What Is Included in a Residential Lease Agreement

what to include residential lease agreement

Whether you are renting a small apartment or a single family home, it is a good idea to ensure that you have a written lease agreement in place to memorialize the obligations and responsibilities of both you and your landlord.

Sometimes, such as when renting in an apartment complex or from a large commercial landlord, the terms of the lease agreement will be non-negotiable. If you want to rent the apartment, you will be stuck with the lease the way the landlord has prepared it. But other times, especially with an individual landlord, you may be able to make some modifications to the lease agreement. 

In either case, it’s important for you to read your lease agreement carefully before signing it, and ensure that you understand what it contains. You may also want to consult with an attorney to review the lease with you. Below are some of the typical, important provisions included in most residential lease agreements.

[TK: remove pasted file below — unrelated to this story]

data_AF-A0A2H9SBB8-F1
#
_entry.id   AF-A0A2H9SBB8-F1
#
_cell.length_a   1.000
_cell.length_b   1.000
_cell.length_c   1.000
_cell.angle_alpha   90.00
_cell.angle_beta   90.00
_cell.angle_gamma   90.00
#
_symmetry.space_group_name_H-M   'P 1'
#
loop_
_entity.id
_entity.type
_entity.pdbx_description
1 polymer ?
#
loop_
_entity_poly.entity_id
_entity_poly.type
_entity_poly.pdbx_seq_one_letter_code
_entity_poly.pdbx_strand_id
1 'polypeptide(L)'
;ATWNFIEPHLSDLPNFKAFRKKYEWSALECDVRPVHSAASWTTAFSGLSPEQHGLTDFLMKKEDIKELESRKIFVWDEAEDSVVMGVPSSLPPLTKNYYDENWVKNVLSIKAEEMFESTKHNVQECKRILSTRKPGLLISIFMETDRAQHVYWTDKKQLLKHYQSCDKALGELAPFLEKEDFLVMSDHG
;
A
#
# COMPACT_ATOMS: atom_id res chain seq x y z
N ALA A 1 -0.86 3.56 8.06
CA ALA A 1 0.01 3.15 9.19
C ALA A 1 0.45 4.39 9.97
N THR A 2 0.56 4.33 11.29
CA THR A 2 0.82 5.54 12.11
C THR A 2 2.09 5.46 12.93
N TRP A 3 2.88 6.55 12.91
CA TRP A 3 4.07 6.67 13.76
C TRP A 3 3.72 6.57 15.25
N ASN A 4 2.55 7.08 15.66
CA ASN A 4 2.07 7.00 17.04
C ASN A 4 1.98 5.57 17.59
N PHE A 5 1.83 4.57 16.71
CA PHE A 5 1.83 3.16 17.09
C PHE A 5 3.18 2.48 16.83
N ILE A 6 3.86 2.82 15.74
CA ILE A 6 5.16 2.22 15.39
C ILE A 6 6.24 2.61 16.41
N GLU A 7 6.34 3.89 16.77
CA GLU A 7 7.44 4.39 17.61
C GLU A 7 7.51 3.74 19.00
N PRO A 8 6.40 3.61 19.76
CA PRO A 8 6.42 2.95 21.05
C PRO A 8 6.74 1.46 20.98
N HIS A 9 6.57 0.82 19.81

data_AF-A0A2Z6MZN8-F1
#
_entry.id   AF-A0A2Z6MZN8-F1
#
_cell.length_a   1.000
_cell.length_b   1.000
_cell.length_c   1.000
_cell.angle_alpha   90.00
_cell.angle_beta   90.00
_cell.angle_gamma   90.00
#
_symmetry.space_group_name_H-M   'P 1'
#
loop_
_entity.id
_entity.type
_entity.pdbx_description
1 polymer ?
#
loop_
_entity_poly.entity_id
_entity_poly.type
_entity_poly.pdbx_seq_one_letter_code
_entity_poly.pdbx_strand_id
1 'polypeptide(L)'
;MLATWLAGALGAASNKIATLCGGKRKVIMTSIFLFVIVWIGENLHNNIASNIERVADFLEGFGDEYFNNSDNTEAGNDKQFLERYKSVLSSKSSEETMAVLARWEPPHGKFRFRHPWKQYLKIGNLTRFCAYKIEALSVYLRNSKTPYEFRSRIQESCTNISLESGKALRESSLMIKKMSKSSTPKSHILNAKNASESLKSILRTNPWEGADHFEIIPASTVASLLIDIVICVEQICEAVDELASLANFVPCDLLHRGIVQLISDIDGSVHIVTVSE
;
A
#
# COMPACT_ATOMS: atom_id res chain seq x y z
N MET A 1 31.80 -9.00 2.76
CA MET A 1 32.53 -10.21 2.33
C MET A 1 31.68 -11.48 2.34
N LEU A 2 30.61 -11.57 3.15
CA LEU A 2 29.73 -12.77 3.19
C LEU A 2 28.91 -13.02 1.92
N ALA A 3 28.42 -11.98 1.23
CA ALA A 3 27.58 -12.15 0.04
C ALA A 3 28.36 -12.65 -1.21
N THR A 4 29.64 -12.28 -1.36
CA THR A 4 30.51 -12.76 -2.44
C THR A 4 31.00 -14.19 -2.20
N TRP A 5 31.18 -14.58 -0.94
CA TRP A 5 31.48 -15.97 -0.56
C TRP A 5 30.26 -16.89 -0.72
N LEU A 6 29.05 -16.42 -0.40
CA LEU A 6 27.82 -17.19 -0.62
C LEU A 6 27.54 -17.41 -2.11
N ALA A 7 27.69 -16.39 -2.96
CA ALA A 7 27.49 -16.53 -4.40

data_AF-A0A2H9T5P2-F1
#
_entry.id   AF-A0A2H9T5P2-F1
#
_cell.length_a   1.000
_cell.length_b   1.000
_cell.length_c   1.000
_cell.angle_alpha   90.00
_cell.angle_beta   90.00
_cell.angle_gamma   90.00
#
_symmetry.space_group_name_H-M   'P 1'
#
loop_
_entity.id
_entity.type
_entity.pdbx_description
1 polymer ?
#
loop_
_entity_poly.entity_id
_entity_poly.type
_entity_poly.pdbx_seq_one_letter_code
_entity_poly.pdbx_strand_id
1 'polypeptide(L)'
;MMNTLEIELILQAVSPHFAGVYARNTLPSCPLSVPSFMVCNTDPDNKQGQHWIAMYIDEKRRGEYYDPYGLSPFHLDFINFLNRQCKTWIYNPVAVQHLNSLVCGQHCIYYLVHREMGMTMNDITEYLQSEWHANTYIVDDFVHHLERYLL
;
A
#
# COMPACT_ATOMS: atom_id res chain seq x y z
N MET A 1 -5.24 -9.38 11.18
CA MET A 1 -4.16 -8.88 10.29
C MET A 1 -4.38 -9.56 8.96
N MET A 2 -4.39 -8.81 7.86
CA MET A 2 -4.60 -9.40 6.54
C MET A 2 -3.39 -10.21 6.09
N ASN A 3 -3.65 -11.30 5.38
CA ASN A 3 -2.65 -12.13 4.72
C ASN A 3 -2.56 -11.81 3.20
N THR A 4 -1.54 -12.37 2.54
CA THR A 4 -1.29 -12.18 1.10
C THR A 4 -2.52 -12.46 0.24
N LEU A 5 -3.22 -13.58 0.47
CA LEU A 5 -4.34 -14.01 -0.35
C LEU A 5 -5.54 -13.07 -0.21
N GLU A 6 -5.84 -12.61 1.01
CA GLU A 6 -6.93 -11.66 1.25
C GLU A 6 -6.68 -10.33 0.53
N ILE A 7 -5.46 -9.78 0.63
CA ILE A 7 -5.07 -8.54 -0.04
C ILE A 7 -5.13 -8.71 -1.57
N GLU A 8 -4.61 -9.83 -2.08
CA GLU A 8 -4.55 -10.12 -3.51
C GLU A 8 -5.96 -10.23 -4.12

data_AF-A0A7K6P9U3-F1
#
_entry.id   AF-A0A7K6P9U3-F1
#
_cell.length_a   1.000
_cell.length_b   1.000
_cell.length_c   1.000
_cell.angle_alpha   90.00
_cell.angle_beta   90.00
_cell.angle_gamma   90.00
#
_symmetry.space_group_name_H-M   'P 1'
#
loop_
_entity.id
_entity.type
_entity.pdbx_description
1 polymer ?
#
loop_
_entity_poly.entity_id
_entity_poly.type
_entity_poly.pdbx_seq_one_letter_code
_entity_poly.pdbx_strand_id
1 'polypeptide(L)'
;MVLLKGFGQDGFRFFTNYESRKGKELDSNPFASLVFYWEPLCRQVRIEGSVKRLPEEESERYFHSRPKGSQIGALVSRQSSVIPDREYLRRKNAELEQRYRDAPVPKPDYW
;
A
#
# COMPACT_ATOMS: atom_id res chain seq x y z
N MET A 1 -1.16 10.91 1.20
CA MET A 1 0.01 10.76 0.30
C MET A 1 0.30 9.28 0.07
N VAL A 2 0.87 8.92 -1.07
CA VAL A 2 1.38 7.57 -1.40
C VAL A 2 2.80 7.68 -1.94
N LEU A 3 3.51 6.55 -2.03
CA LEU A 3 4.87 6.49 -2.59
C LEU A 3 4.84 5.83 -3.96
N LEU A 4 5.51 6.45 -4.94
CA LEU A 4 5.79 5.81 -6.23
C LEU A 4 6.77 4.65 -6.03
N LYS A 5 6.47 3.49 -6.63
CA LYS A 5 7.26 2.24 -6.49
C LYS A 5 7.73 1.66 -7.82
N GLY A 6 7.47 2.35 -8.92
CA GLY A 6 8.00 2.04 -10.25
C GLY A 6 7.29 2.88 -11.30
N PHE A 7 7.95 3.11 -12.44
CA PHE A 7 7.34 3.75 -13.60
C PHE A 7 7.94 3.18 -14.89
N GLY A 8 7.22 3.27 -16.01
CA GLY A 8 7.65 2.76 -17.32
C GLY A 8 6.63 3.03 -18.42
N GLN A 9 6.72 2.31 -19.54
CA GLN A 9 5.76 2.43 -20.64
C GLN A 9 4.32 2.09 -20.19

Names of Landlord and Tenant

Your lease will list the name and address of the landlord and each tenant who will be renting the property. In some cases, the landlord will be represented by a management company, and the name and address of the management company will be included in the lease agreement.

Both you and the landlord (or the landlord’s agent) must sign the lease agreement, and it should be dated. If you intend to have a roommate or roommates, ensure that their names are also on the lease, so that they are legally responsible for their own obligations under the lease. Also, if you have a family, ensure you accurately identify how many people can live at the residence. Most times, landlords will not allow people not identified in the lease to live at the residence. 
The lease should also specify whether you have the right to sublet or assign the lease to someone else, and whether the landlord has the right to screen and approve or deny any sub-tenants or assignees. 

Length of Tenancy and Renewal